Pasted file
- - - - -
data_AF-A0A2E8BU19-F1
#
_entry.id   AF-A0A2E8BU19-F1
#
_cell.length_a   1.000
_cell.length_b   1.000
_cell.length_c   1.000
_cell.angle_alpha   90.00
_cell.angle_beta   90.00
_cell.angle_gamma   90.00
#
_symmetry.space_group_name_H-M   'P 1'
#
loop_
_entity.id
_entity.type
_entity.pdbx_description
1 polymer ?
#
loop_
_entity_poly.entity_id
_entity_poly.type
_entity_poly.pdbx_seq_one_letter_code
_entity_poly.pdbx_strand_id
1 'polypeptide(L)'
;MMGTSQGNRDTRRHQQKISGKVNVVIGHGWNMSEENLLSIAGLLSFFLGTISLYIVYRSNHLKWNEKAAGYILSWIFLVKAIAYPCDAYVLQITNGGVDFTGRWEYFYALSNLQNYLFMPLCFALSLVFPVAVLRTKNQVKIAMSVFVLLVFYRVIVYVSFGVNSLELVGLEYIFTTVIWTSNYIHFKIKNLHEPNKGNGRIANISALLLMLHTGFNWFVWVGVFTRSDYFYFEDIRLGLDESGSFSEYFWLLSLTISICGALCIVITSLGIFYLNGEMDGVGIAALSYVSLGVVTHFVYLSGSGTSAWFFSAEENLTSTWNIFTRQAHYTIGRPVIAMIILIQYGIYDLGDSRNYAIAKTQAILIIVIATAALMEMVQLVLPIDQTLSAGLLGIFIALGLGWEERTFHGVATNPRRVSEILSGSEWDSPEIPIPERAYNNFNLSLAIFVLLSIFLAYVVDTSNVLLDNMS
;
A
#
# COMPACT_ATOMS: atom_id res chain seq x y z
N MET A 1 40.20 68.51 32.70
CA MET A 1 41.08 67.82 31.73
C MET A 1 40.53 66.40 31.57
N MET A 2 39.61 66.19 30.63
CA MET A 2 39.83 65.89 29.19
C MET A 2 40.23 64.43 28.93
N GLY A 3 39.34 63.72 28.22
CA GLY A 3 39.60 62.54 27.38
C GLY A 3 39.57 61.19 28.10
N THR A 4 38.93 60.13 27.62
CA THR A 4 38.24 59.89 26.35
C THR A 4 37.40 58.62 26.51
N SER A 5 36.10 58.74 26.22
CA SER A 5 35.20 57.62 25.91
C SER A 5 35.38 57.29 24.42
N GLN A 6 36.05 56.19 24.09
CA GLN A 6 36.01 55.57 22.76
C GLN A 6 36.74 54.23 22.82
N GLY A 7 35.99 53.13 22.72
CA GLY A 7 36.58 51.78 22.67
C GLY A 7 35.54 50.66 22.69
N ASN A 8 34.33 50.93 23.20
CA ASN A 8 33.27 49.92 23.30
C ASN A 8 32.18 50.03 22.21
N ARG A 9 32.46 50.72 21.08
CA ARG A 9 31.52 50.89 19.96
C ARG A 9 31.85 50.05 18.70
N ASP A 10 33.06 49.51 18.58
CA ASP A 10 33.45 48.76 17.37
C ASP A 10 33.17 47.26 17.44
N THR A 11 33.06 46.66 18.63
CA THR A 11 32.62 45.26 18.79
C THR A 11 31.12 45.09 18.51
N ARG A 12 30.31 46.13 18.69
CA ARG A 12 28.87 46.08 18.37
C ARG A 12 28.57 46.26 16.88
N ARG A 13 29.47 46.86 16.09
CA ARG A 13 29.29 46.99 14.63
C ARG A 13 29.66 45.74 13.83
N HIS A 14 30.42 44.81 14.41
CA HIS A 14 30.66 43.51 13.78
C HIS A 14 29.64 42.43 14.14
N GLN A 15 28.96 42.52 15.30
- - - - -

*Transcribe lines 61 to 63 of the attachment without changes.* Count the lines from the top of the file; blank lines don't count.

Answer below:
N THR A 11 33.06 46.66 18.63
CA THR A 11 32.62 45.26 18.79
C THR A 11 31.12 45.09 18.51